The latest news on this front comes from a really interesting article on Science Daily about a new University of Missouri-Columbia study:
With the growing popularity of social media, Twitter has become a prominent place to voice opinions on both ends of the political spectrum. With the ability to follow those who only argue one side, voices of people who are in the middle, disinterested in politics or use social media solely for entertainment purposes might be getting drowned out amidst the political noise.
Michael Kearney, an assistant professor at the Missouri School of Journalism, found that while partisan users form highly partisan social networks on Twitter, moderate users — or those less politically engaged — continue to avoid politics, potentially creating an important void on social media.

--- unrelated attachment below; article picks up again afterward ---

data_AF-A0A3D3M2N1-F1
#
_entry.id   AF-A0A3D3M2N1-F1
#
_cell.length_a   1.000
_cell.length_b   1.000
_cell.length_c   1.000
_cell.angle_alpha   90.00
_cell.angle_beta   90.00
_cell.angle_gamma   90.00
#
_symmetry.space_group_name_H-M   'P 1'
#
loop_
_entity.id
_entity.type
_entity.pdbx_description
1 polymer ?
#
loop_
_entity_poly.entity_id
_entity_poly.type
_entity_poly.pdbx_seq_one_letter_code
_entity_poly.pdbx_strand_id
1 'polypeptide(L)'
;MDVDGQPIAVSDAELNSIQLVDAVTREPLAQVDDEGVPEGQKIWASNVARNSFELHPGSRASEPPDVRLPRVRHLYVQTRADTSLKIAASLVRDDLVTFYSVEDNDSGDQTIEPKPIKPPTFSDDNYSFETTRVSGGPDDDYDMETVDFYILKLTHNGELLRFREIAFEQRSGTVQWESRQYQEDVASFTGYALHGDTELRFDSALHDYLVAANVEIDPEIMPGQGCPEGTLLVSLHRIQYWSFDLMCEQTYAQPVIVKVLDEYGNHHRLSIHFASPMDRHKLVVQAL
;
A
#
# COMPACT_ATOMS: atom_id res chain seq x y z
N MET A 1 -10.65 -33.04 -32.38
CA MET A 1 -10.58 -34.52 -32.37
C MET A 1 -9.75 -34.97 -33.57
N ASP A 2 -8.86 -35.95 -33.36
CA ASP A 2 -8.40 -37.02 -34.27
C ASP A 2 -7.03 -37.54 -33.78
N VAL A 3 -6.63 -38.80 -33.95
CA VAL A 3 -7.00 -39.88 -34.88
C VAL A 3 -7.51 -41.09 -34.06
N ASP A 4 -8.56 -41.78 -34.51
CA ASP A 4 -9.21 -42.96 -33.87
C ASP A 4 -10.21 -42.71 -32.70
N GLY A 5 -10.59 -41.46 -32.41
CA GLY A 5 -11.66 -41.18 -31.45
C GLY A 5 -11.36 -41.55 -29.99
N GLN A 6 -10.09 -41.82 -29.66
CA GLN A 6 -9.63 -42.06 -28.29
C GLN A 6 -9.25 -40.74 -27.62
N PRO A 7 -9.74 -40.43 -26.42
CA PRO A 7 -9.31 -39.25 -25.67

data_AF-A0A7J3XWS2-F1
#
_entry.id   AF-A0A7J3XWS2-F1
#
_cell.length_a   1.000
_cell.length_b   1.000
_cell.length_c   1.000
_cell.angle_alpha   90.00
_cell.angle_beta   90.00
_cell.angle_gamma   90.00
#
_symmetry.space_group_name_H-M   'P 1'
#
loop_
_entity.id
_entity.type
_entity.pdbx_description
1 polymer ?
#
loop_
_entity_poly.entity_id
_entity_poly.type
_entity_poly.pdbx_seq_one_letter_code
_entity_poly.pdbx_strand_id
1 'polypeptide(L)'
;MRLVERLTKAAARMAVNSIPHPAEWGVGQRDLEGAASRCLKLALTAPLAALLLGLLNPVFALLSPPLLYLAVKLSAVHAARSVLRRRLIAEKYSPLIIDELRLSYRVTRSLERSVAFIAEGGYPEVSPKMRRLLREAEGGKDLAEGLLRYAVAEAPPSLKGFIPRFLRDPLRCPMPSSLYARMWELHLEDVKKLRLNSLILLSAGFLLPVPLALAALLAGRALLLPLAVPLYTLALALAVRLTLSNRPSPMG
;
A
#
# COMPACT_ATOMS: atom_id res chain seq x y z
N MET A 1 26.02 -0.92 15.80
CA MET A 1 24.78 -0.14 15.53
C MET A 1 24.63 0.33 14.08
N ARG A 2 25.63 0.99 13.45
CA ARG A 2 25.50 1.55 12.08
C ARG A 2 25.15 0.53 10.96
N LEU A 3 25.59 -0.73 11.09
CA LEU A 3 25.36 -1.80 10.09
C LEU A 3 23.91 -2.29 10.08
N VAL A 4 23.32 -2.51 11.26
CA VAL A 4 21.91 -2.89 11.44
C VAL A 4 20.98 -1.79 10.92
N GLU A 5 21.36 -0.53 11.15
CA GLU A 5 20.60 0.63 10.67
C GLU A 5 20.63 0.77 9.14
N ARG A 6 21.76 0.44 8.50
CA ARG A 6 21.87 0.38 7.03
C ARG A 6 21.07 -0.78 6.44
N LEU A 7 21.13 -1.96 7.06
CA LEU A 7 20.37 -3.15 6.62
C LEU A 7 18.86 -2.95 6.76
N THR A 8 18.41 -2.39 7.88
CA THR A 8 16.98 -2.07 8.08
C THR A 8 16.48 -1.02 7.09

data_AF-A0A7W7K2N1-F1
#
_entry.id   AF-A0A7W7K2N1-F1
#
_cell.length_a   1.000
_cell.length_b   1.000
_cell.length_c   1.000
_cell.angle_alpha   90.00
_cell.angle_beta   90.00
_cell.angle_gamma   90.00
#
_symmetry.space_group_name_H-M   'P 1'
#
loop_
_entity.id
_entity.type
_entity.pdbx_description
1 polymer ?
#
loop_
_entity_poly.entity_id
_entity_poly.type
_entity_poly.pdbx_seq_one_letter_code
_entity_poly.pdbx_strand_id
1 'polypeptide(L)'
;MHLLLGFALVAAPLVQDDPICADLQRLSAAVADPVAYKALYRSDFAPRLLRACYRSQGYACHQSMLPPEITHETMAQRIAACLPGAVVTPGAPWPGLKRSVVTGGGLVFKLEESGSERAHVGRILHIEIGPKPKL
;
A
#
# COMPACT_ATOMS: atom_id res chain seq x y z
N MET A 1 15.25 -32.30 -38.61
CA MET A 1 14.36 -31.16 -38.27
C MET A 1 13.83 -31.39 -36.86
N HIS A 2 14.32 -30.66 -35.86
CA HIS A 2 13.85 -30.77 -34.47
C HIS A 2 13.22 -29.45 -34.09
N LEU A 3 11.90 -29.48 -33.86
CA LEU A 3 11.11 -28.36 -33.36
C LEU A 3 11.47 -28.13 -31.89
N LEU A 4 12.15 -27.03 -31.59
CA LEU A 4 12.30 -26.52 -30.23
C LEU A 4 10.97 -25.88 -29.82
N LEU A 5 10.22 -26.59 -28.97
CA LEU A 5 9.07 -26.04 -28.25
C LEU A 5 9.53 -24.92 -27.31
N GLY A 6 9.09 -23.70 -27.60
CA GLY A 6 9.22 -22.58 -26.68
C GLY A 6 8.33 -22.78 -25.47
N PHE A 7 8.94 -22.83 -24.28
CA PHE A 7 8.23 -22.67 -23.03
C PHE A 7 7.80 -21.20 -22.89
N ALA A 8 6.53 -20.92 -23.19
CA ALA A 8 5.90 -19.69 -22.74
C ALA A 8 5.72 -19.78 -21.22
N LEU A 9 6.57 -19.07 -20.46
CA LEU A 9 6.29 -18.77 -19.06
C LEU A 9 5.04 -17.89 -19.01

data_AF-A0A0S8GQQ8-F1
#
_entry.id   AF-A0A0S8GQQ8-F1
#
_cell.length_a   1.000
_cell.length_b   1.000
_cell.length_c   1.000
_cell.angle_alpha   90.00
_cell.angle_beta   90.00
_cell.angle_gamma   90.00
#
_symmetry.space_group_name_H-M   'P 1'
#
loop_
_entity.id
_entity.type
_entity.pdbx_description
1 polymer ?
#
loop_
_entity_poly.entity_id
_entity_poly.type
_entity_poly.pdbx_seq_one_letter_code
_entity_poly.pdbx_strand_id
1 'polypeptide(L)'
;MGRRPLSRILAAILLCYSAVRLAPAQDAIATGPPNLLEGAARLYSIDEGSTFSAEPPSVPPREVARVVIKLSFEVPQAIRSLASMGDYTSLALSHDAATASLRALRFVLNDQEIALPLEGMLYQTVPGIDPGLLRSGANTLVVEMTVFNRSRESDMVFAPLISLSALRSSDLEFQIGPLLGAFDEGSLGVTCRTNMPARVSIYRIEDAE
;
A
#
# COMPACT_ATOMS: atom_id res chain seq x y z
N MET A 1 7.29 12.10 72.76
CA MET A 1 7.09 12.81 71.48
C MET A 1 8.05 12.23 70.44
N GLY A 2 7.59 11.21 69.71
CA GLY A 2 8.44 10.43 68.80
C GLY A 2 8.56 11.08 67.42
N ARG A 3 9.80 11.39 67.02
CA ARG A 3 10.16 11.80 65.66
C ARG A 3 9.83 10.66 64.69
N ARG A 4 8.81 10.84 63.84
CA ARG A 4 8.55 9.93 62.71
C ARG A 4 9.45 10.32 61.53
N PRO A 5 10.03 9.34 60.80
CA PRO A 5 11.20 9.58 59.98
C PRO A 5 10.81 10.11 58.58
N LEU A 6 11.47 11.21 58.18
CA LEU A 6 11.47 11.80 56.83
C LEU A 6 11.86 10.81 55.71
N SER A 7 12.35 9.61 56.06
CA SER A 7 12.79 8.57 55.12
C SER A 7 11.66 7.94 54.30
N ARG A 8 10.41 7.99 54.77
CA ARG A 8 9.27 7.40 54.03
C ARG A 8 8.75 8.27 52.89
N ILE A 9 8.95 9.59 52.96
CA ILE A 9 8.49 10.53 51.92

“We are not necessarily getting farther and farther apart — it’s just the people in the middle are becoming more quiet and withdrawn,” Kearney said. “If you fail to consider all the people in the middle who do not care about politics as much, it seems like there is a more clear division when there is not, so social media might be artificially creating this sense that we are becoming more polarized.”
See full story here. The study’s author Michael Wayne Kearney published the work at the New Media & Society journal with the following title: “Analyzing change in network polarization”.